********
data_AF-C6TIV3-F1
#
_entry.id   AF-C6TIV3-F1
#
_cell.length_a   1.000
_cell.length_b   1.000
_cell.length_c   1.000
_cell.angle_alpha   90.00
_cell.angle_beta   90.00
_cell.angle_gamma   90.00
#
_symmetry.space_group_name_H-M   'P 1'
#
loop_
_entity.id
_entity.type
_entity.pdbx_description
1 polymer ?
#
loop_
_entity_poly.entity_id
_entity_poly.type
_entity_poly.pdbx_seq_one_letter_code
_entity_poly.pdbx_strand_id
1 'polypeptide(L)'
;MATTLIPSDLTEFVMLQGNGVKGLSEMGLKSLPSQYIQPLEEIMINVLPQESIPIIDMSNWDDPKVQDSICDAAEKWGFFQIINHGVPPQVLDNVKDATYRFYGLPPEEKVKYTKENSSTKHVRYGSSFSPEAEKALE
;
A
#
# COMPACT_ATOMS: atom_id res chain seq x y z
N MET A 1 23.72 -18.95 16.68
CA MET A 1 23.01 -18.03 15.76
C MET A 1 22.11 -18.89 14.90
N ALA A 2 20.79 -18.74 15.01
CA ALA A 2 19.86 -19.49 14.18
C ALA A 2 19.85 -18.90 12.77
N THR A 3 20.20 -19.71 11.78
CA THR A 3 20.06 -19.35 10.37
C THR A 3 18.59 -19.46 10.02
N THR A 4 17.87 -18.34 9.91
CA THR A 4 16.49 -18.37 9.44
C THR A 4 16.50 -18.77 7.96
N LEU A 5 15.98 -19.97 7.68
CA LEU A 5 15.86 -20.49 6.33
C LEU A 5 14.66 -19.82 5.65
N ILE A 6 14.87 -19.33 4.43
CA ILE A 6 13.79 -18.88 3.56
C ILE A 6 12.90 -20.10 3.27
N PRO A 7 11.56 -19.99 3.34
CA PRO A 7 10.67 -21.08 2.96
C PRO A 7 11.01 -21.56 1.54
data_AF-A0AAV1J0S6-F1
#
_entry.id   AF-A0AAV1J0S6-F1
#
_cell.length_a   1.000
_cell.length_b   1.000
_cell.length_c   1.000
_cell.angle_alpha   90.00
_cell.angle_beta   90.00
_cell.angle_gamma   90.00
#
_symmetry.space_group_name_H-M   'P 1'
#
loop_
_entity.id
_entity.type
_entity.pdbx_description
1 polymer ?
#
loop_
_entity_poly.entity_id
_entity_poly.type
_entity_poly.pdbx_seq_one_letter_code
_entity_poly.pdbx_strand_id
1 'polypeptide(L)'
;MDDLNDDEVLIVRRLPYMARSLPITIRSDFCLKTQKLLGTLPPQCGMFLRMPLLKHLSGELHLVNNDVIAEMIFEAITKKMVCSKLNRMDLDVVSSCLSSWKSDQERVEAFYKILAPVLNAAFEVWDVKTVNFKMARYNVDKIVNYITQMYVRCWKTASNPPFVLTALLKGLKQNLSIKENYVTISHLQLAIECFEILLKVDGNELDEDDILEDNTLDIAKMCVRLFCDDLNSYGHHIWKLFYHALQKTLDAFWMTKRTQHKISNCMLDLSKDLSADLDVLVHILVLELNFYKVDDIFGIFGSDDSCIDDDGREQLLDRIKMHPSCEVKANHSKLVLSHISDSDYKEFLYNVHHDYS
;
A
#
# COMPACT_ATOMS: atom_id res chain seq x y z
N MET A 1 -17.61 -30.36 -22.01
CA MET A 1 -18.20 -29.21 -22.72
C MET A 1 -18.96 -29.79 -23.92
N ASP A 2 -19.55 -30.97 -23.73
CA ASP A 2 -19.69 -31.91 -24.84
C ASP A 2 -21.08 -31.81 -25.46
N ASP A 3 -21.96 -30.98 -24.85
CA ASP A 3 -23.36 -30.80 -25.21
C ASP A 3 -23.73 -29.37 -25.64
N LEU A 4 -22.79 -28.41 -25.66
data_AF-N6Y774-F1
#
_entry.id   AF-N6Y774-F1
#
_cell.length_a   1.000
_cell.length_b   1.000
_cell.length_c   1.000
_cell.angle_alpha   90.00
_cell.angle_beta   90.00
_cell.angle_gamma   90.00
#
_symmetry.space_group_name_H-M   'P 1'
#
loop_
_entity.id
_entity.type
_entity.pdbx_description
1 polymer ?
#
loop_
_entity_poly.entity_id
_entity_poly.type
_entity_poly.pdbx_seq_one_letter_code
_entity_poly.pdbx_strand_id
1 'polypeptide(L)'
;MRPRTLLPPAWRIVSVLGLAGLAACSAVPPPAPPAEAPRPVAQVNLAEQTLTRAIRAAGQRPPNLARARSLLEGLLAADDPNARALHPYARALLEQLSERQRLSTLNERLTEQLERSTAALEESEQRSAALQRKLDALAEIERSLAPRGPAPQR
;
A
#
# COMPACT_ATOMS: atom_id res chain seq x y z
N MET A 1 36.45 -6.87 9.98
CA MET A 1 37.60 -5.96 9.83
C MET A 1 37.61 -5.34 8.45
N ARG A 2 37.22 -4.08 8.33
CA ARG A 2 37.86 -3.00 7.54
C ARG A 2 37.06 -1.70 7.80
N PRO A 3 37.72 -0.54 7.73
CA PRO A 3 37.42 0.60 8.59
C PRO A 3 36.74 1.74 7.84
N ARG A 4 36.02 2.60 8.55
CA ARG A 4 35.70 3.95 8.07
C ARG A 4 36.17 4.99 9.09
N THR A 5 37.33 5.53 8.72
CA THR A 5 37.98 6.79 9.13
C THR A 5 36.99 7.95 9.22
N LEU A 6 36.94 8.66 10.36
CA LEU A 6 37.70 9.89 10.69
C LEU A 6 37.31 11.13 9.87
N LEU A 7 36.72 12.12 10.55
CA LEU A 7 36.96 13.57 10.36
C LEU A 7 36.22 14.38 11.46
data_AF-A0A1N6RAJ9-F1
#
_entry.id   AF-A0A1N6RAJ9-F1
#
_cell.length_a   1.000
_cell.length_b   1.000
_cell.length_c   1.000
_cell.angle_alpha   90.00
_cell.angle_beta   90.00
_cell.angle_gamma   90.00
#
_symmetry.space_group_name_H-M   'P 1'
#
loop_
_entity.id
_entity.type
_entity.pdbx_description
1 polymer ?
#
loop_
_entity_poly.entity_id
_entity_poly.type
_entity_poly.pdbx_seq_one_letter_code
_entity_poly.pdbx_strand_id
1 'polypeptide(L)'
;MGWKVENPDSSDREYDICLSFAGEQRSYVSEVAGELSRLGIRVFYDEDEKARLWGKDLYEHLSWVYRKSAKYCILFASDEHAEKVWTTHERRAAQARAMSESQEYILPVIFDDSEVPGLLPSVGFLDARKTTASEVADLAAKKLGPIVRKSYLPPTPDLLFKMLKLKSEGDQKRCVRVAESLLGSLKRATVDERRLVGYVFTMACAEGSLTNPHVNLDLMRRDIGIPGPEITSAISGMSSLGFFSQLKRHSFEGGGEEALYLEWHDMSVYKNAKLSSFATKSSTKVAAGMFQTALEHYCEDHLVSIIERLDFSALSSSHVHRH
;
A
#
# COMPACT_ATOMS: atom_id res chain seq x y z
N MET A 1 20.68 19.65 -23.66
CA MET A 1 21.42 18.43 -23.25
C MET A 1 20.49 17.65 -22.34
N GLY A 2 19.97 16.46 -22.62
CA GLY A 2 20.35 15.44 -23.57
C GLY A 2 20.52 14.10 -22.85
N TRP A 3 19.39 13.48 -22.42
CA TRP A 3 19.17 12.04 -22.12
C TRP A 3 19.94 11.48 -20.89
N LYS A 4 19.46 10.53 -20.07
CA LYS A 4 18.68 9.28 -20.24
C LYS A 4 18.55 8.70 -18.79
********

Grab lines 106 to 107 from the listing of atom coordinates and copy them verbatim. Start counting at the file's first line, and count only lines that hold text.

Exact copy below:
_entity.id
_entity.type